Meanwhile, the McCain campaign also moved to nip another possible controversy in the bud, releasing summaries of Cindy McCain’s 2006 tax returns. The wife of Mr. McCain, who is the heiress of a large Arizona beer distributorship, made more than $6 million and paid more than $1.7 million in taxes.
McCain aides said that disclosing only the summary pages had precedent, pointing to tax information made public in 2003 by Democratic presidential candidate John Kerry’s wife, Teresa Heinz Kerry, heiress to the Heinz ketchup fortune.
The campaign said she had received an extension on her 2007 tax returns and planned to make those public when they are filed.
A review of presumptive Republican presidential nominee Sen. John McCain’s medical records, spanning 2000 to May 2008, show:
His most recent complete physical was in March; his latest checkup was last week.
•Blood pressure was 134 over 84. Optimal is below 120 over 80, and high blood pressure begins at 140 over 90. An in-between reading is sometimes called prehypertension, but Mr. McCain’s doctor said other recent readings were lower and his blood pressure is normal.
•Total cholesterol is a healthy 192, below the worrisome 240 level. His so-called bad or LDL cholesterol is a healthy 123. But his so-called good or HDL cholesterol is 42, below the recommended 60.
•He weighs 163 pounds, and stands 5-foot-9.
•His BMI, or body mass index, was just under 24, which puts him at the upper end of normal; 25 or higher is overweight.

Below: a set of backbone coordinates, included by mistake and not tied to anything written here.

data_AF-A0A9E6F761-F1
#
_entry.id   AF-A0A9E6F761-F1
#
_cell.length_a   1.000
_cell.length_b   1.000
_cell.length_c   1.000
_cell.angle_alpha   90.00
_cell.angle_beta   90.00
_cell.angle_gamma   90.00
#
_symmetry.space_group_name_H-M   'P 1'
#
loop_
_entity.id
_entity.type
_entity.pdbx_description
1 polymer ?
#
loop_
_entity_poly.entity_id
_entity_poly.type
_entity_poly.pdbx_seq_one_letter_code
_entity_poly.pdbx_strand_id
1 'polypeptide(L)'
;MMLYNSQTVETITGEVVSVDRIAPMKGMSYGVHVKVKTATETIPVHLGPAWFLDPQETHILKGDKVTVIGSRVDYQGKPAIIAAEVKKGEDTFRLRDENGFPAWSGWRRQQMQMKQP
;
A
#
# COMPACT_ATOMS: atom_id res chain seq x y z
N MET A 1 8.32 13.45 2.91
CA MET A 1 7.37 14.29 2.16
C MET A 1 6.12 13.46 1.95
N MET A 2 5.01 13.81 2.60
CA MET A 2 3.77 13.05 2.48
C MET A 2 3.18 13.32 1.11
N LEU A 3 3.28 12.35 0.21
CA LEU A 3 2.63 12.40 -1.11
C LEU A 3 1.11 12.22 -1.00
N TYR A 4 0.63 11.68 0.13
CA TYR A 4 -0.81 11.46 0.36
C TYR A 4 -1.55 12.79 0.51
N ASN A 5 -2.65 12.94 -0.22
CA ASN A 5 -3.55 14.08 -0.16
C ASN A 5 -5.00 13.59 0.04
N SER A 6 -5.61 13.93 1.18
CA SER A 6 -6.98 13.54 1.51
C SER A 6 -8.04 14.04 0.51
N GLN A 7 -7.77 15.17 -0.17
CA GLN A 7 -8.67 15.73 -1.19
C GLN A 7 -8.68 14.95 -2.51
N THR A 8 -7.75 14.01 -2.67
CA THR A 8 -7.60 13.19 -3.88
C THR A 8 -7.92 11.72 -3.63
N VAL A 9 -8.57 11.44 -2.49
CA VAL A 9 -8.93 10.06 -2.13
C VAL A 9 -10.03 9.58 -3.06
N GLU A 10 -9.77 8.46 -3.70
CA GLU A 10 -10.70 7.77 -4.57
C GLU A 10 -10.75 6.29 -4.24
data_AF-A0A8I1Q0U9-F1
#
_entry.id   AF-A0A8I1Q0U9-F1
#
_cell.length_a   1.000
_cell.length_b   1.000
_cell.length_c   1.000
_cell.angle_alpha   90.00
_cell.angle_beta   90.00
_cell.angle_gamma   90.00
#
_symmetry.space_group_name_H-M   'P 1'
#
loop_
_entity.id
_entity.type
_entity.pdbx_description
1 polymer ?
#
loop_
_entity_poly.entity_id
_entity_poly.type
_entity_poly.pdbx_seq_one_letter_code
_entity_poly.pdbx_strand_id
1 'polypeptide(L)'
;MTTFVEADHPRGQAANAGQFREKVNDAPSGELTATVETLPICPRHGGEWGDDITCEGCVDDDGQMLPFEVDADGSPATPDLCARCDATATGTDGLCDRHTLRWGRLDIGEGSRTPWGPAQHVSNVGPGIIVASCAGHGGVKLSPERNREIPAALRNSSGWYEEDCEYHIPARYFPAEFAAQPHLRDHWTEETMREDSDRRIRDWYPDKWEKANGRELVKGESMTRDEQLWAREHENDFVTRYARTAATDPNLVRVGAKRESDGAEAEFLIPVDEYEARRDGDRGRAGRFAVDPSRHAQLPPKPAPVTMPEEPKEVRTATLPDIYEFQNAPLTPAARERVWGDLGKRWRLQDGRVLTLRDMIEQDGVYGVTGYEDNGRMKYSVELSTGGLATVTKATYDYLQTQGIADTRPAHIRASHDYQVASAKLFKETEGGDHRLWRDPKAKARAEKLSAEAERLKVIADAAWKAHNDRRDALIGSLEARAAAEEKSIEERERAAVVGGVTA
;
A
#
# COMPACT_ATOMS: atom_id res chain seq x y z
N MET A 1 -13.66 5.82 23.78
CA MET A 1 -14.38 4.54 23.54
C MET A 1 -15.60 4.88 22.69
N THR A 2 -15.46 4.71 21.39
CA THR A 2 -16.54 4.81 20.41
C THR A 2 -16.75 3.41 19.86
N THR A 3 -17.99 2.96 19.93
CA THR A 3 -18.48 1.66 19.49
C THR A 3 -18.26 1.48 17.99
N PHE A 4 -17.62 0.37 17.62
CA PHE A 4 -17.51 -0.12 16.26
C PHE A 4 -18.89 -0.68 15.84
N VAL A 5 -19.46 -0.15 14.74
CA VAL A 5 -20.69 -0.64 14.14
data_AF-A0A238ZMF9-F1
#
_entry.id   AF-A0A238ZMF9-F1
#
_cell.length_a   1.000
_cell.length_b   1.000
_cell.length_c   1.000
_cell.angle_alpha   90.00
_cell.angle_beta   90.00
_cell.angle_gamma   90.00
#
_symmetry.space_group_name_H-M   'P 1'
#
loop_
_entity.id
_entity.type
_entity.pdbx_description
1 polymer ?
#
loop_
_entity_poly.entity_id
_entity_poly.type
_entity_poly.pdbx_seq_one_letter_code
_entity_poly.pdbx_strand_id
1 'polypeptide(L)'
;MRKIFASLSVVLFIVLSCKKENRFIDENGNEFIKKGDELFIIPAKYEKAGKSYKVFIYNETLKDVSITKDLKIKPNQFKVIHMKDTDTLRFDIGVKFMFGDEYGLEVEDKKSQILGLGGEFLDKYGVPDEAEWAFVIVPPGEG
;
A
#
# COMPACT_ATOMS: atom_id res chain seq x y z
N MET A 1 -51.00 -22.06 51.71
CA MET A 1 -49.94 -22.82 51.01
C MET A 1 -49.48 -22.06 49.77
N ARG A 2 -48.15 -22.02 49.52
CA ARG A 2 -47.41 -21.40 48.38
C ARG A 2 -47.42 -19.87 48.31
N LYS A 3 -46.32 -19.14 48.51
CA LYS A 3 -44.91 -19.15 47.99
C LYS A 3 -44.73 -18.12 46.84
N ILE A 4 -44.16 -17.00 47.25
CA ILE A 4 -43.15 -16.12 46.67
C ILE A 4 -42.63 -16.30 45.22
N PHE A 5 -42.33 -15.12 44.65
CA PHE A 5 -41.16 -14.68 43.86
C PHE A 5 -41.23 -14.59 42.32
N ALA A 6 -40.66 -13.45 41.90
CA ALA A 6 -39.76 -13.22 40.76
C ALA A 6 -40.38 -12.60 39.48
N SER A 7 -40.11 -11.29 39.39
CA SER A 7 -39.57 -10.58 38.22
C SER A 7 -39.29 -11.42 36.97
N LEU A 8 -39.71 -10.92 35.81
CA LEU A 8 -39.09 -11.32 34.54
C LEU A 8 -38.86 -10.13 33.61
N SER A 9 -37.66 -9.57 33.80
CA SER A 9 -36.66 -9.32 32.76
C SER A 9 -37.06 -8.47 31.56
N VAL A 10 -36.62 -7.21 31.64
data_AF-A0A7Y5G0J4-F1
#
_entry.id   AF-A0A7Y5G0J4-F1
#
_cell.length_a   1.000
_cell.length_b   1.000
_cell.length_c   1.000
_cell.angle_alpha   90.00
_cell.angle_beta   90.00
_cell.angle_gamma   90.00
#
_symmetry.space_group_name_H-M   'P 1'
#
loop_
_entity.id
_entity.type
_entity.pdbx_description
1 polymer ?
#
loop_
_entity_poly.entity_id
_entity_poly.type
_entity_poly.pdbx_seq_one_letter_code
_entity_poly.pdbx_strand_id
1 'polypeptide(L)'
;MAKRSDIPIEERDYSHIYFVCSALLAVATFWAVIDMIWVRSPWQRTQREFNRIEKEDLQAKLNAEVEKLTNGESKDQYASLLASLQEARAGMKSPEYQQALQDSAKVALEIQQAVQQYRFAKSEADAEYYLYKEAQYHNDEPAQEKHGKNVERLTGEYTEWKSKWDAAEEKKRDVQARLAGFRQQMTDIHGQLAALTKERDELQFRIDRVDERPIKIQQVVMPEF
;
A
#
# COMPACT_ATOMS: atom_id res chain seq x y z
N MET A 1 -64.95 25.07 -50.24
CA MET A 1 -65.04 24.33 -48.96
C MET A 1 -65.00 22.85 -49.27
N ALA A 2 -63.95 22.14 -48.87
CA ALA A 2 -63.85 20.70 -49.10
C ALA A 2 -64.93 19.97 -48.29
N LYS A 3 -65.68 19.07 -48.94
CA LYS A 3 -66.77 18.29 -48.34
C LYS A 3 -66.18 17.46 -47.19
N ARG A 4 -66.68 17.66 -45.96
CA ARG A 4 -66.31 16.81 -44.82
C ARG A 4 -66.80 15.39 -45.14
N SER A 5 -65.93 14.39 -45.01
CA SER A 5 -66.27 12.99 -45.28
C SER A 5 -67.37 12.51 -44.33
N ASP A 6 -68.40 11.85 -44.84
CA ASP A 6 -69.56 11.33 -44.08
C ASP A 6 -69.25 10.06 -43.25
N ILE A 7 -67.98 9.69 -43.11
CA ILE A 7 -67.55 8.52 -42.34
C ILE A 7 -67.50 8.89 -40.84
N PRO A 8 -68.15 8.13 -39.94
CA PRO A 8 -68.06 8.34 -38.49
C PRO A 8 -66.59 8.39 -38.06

•He has had four separate melanomas removed, in 1993, 2000 and 2002. Most were very early stage forms but one, a spot on his temple in 2000, was invasive cancer deemed “intermediate-stage” melanoma. He has had no sign of melanoma since 2002, but has his skin checked every three or four months. Doctors frequently remove precancerous lesions and in February removed a small, early squamous cell carcinoma, an easily surgically cured skin cancer.
•Doctors removed common benign growths called polyps during a routine colonoscopy in March. Doctors often screen patients with polyps more frequently, as they can be precancerous.
•In 2001, he had successful minimally invasive surgery to reduce an enlarged prostate, common in older men, and shows no sign of prostate cancer.
Medications, heart and vertigo
•His medications include simvastatin, part of the popular statin family of anti-cholesterol drugs; a baby aspirin, commonly prescribed starting in middle age to prevent heart attacks; Claritin, Zyrtec or Flonase as needed for seasonal allergies; the sleeping pill Ambien as needed during travel; and HCTZ, or hydrochlorothiazide, to prevent kidney stones.
•Mr. McCain’s stress test showed no signs of blockages, and his ejection fraction, a measure of the heart’s pumping strength, was a very healthy 60 percent.
•He has suffered occasional bouts of dizziness, usually when standing suddenly, since 2000 that repeated tests concluded were harmless vertigo.
SOURCE: Associated Press
By Douglas Holtz-Eakin